The adviser added: "As it [the campaign] has gone through all these different number twos here, if you will -- from Huckabee to Palin to Trump to Barbour and Daniels, all the rest, Bachmann, now Perry -- we've been focused and disciplined on doing what we think the voters want to hear and I don't think there's any reason to change that."
Neil Levesque, the director of the New Hampshire Institute of Politics at Saint Anselm College in Manchester, N.H., said it's a "smart strategy."
The institute hosted Perry Thursday at its "Politics and Eggs" breakfast and Romney has been a frequent visitor to Saint Anselm both this campaign and during his last one.
Levesque said that Romney has closely studied the unsuccessful presidential campaign of his father, Michigan Gov. George Romney in 1968.
"I believe that Romney is sort of taking the strategy that Nixon took in '68, which is a strong, but slow, methodical, 50-state plan to get to the nomination," he said. "You don't necessarily say outrageous things that spark your base too much but, again, it's a methodical, well-thought out plan.
"He's a very relaxed candidate now, compared to four years ago," Levesque said. "I think the schedule is a little bit tighter, meaning that they have this particular event that day and that's going to be their message event, and they know he knows what he's going to say, and it's carefully worded and scripted."
Levesque added: "Nixon lost twice. He didn't really excite the base too much, but he built up a lot of friends. He has a well-crafted message and he's stuck to it. He's a very disciplined candidate. Romney's father lost that year to Nixon. I think you learn the hard mistakes of your father and he has certainly studied the campaign. I see great similarities."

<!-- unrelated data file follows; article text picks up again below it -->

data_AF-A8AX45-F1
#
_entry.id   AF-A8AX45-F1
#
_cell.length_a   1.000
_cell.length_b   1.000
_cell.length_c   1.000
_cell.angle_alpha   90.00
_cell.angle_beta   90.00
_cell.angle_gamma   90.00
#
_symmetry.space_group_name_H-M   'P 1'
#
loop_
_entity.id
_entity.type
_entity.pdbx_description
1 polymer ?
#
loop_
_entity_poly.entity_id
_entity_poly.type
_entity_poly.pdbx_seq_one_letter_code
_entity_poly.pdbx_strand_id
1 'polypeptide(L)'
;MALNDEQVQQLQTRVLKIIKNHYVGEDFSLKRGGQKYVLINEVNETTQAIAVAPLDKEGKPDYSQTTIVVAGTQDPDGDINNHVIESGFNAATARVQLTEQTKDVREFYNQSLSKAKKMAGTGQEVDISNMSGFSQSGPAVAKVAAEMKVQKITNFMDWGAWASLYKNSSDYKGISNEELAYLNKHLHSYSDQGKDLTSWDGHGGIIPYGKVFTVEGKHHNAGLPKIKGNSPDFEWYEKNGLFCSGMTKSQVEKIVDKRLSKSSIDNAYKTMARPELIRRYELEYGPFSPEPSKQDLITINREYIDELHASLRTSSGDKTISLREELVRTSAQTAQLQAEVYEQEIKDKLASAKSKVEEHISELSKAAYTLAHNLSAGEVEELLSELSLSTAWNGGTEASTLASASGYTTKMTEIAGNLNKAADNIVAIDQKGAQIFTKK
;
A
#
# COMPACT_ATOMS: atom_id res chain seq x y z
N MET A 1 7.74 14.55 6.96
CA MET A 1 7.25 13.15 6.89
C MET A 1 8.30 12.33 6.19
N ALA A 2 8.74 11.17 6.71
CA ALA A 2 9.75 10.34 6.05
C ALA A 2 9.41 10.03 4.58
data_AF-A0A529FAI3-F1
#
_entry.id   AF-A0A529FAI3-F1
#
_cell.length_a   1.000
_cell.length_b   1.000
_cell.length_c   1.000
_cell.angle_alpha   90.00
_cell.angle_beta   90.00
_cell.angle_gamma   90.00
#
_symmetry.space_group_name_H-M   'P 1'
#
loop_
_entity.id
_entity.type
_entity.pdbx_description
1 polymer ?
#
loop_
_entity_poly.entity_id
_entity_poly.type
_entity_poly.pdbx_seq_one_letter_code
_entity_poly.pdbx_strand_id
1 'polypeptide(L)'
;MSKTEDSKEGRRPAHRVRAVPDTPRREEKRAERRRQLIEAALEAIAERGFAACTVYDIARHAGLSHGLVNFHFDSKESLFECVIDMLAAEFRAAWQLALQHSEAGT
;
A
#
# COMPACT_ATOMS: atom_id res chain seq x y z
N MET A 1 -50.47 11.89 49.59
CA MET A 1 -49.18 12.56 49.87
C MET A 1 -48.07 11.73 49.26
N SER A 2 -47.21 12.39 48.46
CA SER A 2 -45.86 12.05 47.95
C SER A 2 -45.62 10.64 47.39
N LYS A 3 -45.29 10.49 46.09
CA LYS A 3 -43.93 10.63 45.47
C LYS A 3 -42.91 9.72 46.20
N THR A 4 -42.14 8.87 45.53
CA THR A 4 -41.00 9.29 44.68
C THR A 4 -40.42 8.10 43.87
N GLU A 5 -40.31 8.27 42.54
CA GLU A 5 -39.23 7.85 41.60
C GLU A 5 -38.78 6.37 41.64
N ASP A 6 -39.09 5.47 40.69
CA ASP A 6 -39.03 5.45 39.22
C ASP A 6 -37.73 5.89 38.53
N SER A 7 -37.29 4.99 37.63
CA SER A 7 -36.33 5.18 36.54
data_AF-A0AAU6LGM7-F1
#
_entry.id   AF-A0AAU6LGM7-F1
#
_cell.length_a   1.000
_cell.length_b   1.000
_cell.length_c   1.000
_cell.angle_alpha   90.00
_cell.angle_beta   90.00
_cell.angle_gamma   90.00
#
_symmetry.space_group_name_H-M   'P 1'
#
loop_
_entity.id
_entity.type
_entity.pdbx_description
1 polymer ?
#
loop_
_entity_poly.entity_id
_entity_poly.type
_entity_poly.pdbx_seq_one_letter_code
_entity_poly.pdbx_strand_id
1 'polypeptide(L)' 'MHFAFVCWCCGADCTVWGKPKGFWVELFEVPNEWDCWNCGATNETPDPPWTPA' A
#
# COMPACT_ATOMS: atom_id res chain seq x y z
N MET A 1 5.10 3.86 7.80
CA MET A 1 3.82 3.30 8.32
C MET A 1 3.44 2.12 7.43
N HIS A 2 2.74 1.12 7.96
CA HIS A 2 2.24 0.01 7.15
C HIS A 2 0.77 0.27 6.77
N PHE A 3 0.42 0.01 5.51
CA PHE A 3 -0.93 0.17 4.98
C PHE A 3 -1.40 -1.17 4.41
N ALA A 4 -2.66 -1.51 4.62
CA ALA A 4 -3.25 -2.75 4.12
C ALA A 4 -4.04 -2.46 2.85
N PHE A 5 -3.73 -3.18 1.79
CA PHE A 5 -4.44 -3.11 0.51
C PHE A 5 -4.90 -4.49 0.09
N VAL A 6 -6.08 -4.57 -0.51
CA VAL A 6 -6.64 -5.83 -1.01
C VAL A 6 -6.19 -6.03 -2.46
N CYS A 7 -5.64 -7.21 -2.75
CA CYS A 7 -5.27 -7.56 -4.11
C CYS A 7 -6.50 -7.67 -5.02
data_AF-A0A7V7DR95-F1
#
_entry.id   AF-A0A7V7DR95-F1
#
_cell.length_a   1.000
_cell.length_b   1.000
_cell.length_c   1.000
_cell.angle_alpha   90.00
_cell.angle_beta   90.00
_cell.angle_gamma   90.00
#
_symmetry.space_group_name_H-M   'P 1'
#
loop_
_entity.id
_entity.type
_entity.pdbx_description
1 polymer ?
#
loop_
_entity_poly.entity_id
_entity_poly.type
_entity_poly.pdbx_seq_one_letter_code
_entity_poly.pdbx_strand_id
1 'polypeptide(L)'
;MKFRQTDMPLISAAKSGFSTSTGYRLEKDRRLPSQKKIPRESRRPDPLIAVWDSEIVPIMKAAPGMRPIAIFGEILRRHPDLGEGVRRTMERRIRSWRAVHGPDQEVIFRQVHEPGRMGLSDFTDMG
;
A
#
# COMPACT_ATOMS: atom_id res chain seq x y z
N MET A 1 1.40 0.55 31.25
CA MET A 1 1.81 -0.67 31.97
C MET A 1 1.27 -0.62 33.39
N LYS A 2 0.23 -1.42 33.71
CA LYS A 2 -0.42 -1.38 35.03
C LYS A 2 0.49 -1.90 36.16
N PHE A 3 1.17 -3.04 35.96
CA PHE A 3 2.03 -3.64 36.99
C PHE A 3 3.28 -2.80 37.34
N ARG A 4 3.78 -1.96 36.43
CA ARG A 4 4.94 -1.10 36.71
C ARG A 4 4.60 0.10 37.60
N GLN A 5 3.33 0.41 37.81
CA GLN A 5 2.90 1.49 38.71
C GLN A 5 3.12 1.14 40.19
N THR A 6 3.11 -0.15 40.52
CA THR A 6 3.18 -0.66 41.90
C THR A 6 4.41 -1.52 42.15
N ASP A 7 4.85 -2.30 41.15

Levesque said the challenge for Perry is to be a "long-term candidate and someone that can win against President Obama."
GOP strategist and former George W. Bush deputy press secretary Tony Fratto agreed that Romney's approach is the "right strategy" for right now.
"[Romney] is viewed as the distinctly different candidate, not using hot language, more seasoned and in some quarters viewed as a more serious candidate," Fratto said. "At the end of the day, you are going to have a situation where the more muscular, blunt language [comes] from Gov. Perry and a more temperate language from Gov. Romney."
Fratto added that's it is clear there is an appetite on both sides of the aisle for "hot rhetoric."
"The question is: Is there still going to be the appetite in February when it comes time for primary voters to choose the guy they want to see in the Oval Office? And we don't know that right now," he said. "But both Perry and Romney are going to have a chance to test that with voters -- and what plays well in the summer of 2011 may not play as well in the spring of 2012."